6:06 am in Art, Culture by dakine01

Back at the first of the year, I started this series of Essential Movies. Since then I have grouped movies by genres, discussing them – or actually mainly just listing all of the movies I have enjoyed watching multiple times within that week’s genre.

This week’s list is all the remaining movies that didn’t really fit (in my view) within the arbitrary boundaries I created for the others. A couple of these could have fit in War Movies or Spies but I elected to not include them there as I felt the movies were more than just War stories. Some of these can be called “dramedies.” A couple of black comedies. A couple of action or adventure. Some Oscar winning blockbusters and some small independent films. But all are movies that I find worth watching multiple times.

Of course, as often happens, I find there are three Humphrey Bogart movies here. Casablanca is at the top of many folks’ list of all time great movies, including mine. Why I’m shocked, Shocked! at this. The African Queen and The Treasure of the Sierra Madre are also here. Note to Blazing Saddles fans: The Treasure of the Sierra Madre is where the line, “Badges? We don’t need no stinkin’ badges” originates.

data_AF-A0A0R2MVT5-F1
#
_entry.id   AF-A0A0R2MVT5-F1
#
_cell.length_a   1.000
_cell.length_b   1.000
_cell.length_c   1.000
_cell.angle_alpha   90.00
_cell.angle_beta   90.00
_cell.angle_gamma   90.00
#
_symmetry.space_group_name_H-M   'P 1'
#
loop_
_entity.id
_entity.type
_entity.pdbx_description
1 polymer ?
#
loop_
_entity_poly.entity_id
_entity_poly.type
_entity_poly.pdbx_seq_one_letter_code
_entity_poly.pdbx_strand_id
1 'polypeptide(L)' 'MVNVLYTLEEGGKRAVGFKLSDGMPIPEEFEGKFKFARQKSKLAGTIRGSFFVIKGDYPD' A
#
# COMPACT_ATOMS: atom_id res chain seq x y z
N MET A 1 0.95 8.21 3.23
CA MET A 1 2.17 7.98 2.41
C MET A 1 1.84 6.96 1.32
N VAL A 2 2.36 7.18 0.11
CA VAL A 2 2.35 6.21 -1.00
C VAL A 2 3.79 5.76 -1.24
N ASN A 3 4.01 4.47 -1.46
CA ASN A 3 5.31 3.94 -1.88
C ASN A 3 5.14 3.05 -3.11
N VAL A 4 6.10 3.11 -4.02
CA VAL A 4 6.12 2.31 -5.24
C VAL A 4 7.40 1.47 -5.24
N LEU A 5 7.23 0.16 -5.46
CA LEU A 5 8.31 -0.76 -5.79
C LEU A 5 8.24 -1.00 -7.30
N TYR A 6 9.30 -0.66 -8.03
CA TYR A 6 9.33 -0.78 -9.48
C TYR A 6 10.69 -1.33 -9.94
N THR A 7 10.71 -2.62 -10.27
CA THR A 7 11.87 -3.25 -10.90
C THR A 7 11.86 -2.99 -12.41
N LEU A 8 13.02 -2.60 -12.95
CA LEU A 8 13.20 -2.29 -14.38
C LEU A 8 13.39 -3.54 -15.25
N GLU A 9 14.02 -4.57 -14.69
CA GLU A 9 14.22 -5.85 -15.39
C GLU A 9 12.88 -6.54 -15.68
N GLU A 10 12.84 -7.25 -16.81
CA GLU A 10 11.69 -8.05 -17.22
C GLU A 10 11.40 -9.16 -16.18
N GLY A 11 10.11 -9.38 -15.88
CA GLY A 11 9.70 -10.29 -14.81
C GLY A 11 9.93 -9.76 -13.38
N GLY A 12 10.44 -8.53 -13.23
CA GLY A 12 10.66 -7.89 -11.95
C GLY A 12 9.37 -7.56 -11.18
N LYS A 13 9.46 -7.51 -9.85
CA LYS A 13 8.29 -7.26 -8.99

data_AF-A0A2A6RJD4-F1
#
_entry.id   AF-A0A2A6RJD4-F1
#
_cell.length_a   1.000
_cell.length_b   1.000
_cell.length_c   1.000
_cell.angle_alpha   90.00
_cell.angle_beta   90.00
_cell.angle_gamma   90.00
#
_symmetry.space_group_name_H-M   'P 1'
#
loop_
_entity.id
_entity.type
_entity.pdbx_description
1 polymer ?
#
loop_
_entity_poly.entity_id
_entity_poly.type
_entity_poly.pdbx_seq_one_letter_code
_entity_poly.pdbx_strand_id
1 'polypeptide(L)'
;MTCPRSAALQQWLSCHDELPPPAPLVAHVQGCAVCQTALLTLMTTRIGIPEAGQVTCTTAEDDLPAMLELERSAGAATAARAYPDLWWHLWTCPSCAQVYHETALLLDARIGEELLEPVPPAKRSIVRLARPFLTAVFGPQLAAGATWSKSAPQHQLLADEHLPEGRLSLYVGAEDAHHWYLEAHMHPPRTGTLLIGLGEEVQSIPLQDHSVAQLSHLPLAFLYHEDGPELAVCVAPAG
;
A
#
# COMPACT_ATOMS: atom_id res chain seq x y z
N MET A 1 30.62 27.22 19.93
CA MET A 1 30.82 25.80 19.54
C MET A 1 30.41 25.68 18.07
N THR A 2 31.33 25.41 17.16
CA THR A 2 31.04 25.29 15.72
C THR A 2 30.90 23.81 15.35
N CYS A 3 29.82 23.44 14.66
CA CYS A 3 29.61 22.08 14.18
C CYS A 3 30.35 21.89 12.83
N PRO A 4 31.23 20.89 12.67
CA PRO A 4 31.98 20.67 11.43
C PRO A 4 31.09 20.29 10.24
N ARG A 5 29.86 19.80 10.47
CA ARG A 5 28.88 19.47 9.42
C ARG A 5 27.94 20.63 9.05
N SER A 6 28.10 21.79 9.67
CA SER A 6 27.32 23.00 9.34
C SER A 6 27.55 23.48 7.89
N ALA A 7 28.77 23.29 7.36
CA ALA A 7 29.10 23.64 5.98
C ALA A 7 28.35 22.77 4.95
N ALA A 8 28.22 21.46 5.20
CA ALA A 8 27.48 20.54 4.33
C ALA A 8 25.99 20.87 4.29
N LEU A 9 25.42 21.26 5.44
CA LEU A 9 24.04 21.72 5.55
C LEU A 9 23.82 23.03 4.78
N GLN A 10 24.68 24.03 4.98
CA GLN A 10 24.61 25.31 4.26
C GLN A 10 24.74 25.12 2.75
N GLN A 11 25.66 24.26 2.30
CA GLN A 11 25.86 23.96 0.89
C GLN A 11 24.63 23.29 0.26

Gone With the Wind is another of the all time great blockbuster movies. While offering a stylized and totally unrealistic view of life before and after the Civil War, it is still a well acted movie with a great cast.

Cary Grant has a couple of movies here today with Only Angels Have Wings (directed by Howard Hawks) and To Catch a Thief (with Grace Kelly and directed by Alfred Hitchcock).

Paul Newman also is here with two movies that could almost be considered bookends for his career in a sense. While he did movies before The Long Hot Summer (with Orson Welles and Joanne Woodward) and after Nobody’s Fool (with Jessica Tandy, Bruce Willis, and Melanie Griffith), both movies showed Newman’s range as an actor and abilities to become the characters he played.